Reece: ICE raids hit home in Mississippi


U.S. Immigration and Customs Enforcement [Public domain]

680 migrant workers were detained in Mississippi during a raid on food processing plants.

Davan Reece, Managing Editor

The first day of school is traumatic for any child. Gone are the days of long summer nights and sleeping in late on a Tuesday afternoon. Instead, you have to pick out the best outfit to impress your peers as you wave goodbye to your parents and venture into the halls, whether you are ready for the new school year or not. In short, the start of a new school year can be Hell, but it was even worse for numerous students across the state as 680 undocumented immigrants were detained by the Immigration and Customs Enforcement agency.

It is also interesting to note that no CEO or corporation was prosecuted for the hiring of illegal immigrants.

This raid comes at a trying time in America’s immigration debate. President Trump has chosen a hardline stance on immigration since his campaign kicked off in 2015, citing the need for the construction of a border wall and threats of mass deportation around the country. On the other side of the political aisle, 2020 Democratic presidential candidates such as Senator Elizabeth Warren have proposed the ideas of decriminalizing illegal immigration and banning the use of detainment centers along the southern border.

Shortly after the alleged illegal immigrants were detained at various food processing plants across Mississippi, news reports came in of families being separated as schools around the state began their first day of class. This stands in stark contrast to the Trump administration’s “Zero Tolerance Family Separation” policy, which was put in place after numerous accounts of migrant children being separated from their parents at the U.S.-Mexico border.

The illegal immigration debate has come down to two simple arguments: security versus sympathy. One of President Trump’s biggest campaign policies was securing the border and deporting illegal immigrants that were stealing American jobs and government money, characterizing them as gang members and drug dealers.

The ICE raids are obviously horrible, causing indescribable grief among families and children, but they were completely legal and within ICE’s power.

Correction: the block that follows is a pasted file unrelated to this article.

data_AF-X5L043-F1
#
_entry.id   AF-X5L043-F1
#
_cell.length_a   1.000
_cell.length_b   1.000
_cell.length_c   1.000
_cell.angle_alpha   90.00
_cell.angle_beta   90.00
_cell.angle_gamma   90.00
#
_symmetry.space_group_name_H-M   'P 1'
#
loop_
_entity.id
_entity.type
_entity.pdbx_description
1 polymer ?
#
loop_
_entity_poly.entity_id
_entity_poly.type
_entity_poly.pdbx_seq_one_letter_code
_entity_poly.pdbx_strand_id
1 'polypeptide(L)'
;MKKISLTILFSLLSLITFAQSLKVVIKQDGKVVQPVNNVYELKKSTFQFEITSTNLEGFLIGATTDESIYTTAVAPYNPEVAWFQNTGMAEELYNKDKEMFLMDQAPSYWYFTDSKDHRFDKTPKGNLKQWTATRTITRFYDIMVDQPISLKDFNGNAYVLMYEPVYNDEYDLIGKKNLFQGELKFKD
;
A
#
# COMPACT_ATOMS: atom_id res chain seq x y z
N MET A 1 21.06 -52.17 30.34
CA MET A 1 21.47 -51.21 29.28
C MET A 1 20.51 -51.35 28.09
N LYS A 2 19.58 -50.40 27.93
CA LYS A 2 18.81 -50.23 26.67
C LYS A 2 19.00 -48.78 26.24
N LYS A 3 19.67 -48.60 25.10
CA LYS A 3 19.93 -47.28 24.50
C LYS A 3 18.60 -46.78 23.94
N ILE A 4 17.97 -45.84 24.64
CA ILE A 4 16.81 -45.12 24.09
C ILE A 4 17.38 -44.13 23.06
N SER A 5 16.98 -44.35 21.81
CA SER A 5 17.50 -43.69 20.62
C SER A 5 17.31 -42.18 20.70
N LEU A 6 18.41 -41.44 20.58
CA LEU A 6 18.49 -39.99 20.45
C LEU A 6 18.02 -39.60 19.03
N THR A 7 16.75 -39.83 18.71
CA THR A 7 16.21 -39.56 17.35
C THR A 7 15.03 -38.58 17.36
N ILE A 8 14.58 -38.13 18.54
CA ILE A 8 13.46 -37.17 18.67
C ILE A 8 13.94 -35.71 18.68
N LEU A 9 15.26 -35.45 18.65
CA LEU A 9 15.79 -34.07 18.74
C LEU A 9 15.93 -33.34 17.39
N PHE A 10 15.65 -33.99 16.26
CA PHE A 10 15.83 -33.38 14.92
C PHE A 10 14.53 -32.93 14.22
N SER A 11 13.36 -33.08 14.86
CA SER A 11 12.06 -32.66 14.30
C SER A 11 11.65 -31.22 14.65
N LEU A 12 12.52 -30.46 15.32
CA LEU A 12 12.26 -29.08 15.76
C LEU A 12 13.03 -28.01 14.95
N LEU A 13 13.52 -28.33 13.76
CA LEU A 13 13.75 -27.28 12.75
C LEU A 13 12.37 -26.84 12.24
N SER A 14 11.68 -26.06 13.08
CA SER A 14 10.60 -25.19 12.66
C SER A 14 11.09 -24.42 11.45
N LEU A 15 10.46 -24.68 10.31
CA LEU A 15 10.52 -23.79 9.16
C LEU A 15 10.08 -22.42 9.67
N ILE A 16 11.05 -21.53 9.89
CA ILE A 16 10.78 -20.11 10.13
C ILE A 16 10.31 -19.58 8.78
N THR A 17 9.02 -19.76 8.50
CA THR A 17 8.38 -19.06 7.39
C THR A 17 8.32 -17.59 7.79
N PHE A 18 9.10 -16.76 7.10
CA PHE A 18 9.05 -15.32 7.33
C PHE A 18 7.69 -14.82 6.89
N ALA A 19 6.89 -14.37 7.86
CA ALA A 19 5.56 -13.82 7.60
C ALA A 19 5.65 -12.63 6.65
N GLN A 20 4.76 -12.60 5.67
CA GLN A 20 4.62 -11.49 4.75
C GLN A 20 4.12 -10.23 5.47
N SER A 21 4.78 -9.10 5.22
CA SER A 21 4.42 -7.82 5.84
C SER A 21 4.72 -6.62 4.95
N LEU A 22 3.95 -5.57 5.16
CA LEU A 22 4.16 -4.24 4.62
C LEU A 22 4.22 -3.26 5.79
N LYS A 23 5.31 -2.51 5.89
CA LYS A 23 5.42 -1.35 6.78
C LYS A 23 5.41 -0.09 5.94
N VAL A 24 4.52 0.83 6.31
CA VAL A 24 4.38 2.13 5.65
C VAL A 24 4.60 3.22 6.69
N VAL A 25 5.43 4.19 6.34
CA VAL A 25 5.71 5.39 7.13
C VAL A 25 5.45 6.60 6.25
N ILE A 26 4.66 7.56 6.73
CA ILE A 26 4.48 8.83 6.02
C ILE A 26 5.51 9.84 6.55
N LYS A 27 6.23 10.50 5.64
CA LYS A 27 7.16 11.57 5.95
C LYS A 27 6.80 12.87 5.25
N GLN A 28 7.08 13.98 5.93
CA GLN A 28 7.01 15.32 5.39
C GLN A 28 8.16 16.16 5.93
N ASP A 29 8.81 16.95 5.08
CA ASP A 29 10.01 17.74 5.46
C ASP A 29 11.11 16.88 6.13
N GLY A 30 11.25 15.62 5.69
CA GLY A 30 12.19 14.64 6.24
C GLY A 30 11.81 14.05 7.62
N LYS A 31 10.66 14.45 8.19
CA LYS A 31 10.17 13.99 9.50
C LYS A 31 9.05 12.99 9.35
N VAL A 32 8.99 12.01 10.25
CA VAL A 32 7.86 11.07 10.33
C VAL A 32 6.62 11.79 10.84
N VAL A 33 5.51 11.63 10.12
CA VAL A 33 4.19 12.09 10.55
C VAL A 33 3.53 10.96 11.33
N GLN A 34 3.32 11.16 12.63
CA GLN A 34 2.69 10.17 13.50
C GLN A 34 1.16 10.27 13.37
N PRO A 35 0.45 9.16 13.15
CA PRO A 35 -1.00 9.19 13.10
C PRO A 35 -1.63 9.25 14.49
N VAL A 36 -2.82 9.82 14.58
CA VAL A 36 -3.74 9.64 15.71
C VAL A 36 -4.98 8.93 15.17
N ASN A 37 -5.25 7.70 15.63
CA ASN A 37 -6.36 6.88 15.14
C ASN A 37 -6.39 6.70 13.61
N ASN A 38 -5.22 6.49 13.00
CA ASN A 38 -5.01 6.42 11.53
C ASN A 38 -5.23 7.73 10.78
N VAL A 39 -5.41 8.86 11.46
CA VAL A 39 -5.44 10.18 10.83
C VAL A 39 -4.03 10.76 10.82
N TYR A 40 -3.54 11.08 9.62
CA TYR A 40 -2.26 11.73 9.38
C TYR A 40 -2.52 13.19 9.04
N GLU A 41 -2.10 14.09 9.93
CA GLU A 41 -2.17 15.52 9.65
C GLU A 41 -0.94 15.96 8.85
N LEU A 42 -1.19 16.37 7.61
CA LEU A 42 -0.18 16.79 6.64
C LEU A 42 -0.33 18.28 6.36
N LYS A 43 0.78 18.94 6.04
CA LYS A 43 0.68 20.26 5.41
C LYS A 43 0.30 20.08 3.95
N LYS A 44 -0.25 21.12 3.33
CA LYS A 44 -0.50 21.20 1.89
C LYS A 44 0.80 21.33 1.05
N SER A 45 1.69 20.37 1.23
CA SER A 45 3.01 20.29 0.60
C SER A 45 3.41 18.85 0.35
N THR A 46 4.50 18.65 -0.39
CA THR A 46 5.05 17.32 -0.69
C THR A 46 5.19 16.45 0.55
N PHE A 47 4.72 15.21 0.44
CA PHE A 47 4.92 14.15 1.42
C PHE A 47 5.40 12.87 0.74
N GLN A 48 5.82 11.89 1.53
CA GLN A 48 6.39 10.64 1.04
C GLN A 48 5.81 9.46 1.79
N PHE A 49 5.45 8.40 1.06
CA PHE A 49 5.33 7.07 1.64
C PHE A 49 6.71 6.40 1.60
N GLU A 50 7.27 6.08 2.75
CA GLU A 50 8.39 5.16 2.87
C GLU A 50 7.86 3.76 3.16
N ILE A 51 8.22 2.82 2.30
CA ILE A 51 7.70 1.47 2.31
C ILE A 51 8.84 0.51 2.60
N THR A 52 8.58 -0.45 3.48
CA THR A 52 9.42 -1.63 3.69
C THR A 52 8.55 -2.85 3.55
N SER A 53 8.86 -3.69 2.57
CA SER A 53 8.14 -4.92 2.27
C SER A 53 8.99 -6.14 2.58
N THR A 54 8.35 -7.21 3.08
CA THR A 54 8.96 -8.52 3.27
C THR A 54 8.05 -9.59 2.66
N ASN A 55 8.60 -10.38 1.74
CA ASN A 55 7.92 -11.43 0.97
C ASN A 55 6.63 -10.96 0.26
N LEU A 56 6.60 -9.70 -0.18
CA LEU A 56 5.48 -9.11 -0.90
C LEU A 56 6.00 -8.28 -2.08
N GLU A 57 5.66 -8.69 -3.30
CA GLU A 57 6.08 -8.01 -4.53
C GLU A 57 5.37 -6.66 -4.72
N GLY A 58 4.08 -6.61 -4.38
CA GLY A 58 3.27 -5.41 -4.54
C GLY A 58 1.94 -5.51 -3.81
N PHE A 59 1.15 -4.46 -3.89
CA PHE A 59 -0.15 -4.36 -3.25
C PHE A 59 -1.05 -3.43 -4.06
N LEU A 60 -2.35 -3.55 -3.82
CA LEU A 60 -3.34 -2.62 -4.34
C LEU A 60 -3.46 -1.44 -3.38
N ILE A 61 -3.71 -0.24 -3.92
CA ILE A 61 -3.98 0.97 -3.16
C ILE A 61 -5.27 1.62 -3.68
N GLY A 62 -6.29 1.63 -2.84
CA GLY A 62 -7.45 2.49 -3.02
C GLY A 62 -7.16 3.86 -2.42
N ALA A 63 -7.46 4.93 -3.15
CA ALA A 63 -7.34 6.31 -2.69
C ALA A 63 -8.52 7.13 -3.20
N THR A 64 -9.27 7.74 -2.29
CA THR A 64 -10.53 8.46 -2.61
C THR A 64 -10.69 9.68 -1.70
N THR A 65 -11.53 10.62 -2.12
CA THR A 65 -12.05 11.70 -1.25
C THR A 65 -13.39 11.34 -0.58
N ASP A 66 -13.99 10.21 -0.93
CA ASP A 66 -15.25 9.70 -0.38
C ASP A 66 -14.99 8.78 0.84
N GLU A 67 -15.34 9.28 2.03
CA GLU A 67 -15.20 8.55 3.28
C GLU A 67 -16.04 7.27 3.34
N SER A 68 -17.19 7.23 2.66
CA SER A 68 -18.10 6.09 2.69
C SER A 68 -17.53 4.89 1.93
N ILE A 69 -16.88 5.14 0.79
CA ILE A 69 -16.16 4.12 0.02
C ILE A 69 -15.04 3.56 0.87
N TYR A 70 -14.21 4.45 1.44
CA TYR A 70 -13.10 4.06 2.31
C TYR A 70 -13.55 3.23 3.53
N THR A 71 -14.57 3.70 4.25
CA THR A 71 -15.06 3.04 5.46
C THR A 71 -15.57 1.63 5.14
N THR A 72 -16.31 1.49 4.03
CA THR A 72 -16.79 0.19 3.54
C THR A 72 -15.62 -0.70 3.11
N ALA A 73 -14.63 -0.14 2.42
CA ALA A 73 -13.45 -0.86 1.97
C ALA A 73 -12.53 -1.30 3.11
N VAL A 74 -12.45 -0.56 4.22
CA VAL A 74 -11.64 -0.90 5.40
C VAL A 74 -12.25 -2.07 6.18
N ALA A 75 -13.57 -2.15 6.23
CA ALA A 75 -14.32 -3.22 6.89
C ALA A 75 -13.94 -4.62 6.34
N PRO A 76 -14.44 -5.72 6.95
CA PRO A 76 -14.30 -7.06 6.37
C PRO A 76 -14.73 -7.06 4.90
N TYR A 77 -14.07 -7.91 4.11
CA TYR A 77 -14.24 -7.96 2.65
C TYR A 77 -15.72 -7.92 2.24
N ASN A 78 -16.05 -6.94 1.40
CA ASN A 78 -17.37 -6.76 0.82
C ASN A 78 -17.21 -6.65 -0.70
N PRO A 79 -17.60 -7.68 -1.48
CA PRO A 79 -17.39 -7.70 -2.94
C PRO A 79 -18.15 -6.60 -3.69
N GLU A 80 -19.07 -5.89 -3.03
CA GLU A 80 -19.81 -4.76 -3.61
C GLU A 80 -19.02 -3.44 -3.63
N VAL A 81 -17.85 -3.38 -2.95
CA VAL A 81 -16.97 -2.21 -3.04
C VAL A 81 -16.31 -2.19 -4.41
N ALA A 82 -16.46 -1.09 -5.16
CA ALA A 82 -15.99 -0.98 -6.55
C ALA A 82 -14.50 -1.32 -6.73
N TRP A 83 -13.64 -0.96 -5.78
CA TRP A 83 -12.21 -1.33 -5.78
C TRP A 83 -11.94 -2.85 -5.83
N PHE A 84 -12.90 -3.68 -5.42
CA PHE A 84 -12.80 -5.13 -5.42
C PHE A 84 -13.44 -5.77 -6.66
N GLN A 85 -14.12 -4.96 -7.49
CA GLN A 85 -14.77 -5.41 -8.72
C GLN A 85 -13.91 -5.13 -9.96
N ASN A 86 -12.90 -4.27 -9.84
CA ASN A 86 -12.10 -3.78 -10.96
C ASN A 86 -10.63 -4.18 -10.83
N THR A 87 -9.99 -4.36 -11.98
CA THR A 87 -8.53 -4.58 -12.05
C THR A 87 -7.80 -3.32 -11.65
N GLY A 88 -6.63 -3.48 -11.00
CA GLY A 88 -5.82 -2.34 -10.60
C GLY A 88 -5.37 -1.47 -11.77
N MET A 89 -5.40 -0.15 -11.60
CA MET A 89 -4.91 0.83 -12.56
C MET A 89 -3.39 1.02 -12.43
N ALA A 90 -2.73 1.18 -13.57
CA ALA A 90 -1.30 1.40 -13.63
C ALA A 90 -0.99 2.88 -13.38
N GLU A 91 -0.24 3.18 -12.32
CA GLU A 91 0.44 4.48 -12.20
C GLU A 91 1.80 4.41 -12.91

The most heartbreaking fact about the raids is the simple truth that the hundreds of workers that were detained did in fact break the law and faced the legal punishments that followed the detainment. I don’t argue with the fact that they came into a country and broke that country’s law and should reap the consequences of breaking that law. Instead, I argue that this shouldn’t have been the law to begin with.

To immigrate into the U.S., potential citizens must first apply for an immigrant visa through four possible channels. These channels are family reunification visas, long-term work visas, diversity visas and refugee visas. The long-term work visas are usually saved for people applying that are “persons of extraordinary ability in the sciences, arts, education, etc.” Diversity visas are randomly selected from a group of 50,000 immigrants looking to migrate to the U.S. For the refugee visa program, you must prove that you are a persecuted group that is at risk of danger due to race, religion, sex or political opinion, among others. However, Latin American refugees are capped at 1,500.

With all these limits put on the visa program, it leaves only one option for most potential citizens: asylum. However, to apply for asylum, you have to be in America on American soil, but this obviously becomes difficult when you are arrested and detained at the border and possibly separated from your parents or children.

You cannot deny that a majority of the people are coming here searching for a better life for themselves and their families, and the road to immigration is very narrow. We have a country with the resources and the opportunity. We were built on the very foundation of immigration and the basic human right of the pursuit of happiness.

The system is quite obviously built to be difficult to get into America, and even if you were to receive a visa, the road to citizenship takes years. As a Caucasian male born and raised in the continental U.S., this plight is not known to me, but it is quite obvious to anyone that there is a major humanitarian crisis occurring in our country now, and it falls on us to fix the broken immigration system.

Six-hundred and eighty workers were detained in our state. These workers were contributing to society and working towards a greater good. They were snatched from their families in our backyard because of unfair and un-American policies. Though devastating, the raids have given us the microphone to bring meaningful change.


Correction: In the final paragraph of the article, it was said that the workers were deported instead of detained as said at the beginning of the article. Some aliens were subsequently released by ICE following the raid, however, Mississippi’s Division of Child Protection Services were receiving calls of unaccompanied children in the days following the raid.